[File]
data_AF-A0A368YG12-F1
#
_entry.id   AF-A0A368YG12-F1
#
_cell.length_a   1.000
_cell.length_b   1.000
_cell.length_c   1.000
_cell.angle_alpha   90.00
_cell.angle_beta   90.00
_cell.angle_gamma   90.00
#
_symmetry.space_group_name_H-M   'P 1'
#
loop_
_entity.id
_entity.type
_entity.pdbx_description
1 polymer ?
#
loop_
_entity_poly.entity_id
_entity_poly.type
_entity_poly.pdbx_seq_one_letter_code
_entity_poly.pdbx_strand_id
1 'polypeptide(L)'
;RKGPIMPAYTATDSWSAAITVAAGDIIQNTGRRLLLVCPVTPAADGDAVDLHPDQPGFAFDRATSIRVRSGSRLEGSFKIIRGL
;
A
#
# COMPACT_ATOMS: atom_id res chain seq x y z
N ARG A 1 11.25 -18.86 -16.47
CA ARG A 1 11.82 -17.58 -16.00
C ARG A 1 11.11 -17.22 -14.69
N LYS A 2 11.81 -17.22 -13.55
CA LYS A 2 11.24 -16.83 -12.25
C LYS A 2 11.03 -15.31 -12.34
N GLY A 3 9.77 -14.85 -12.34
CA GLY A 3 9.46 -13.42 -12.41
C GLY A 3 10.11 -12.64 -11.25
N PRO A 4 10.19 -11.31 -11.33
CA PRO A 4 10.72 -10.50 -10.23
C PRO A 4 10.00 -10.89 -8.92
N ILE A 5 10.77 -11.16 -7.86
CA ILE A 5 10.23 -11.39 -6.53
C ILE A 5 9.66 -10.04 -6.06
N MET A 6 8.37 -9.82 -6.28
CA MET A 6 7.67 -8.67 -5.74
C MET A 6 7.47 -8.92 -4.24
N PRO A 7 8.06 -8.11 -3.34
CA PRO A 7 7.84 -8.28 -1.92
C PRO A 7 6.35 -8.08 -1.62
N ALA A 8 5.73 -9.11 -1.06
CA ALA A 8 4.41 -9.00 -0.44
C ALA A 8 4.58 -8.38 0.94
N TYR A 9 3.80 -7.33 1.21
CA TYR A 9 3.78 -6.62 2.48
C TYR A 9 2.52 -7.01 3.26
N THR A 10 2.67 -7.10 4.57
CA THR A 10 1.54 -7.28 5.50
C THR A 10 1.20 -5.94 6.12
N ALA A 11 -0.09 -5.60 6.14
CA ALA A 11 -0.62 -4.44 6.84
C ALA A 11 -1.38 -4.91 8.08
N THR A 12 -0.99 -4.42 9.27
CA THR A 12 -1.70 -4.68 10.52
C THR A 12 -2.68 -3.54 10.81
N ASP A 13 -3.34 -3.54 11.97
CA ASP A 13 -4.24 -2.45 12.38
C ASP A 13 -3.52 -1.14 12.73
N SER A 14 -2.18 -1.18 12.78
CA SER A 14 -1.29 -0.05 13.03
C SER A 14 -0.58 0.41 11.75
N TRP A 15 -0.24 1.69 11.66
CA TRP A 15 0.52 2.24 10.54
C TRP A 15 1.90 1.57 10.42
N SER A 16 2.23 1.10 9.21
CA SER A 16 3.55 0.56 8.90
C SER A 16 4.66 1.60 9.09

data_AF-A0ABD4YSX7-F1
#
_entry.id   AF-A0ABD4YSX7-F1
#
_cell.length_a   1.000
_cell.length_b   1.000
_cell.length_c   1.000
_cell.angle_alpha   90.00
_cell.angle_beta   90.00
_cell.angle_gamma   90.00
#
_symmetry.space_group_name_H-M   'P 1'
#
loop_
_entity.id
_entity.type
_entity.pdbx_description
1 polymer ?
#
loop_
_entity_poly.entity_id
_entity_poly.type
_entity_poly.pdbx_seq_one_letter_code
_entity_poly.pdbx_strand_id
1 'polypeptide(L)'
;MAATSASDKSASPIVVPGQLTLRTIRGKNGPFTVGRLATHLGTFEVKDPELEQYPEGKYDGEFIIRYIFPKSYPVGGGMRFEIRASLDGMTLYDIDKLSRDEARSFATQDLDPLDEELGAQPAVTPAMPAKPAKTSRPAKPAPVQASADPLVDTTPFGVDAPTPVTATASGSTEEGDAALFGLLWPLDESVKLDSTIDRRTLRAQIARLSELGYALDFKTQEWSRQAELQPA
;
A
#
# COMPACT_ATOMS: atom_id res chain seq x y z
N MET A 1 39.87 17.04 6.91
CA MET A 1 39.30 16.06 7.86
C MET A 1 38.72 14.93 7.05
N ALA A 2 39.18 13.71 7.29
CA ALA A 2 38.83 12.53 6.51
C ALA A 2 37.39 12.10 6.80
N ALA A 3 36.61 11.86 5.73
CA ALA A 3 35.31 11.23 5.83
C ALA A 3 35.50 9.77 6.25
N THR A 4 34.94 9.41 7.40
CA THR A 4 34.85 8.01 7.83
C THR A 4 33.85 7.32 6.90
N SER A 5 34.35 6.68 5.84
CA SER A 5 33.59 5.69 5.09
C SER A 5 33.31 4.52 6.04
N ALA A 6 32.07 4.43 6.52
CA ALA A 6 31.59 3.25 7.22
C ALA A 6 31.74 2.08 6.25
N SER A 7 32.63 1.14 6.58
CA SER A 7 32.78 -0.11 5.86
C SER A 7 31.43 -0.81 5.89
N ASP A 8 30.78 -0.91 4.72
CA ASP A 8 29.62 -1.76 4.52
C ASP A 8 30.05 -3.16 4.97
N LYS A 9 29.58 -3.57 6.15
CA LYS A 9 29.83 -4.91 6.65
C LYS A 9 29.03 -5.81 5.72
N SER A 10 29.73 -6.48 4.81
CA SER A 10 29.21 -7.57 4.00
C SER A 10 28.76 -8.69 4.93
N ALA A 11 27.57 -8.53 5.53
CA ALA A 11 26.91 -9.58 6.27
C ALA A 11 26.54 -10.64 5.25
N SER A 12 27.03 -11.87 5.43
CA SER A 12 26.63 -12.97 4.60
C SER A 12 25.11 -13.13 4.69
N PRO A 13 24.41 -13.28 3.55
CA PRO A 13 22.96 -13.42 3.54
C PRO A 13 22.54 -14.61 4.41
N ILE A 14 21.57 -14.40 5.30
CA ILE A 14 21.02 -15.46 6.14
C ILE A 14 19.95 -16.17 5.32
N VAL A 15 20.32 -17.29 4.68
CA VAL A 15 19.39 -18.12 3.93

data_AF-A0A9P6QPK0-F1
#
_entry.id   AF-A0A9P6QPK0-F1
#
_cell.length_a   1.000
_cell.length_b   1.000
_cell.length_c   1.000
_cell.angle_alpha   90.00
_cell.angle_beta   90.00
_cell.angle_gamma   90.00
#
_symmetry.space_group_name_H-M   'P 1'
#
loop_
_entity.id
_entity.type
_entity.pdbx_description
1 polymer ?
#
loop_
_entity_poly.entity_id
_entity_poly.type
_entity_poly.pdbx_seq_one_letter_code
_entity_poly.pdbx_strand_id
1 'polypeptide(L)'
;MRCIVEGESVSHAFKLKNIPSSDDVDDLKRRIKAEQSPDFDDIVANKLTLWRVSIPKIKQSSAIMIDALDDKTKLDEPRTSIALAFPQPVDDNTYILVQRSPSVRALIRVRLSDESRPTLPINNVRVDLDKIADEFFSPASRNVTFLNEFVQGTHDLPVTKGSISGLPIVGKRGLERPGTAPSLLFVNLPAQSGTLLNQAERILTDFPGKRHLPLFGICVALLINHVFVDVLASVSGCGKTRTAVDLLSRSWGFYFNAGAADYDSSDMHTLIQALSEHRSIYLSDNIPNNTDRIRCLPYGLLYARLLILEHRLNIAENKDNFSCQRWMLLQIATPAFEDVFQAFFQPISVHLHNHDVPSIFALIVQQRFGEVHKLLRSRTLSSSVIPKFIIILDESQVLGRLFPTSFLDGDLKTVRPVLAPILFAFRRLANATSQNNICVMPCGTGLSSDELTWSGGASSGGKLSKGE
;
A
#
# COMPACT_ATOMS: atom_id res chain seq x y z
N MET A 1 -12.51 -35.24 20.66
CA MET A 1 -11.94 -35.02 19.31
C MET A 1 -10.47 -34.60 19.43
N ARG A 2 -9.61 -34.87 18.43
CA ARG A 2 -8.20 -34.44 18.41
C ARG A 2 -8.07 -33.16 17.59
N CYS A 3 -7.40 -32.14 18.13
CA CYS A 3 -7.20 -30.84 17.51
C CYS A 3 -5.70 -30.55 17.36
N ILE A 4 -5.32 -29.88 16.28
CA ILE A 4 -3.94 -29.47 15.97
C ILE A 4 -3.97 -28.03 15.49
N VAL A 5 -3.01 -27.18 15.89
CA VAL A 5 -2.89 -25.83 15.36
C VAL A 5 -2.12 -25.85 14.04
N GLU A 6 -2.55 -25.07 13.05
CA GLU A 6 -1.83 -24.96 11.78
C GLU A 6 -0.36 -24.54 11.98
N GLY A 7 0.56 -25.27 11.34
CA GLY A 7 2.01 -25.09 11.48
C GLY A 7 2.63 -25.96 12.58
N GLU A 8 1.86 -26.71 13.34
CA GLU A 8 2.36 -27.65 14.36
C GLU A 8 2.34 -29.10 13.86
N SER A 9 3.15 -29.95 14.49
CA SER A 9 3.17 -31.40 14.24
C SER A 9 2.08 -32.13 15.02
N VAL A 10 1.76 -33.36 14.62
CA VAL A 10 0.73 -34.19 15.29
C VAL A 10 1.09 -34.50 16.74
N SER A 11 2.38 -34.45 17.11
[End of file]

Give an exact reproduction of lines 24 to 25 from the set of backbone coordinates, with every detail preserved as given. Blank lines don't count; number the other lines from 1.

_entity_poly.pdbx_strand_id
1 'polypeptide(L)'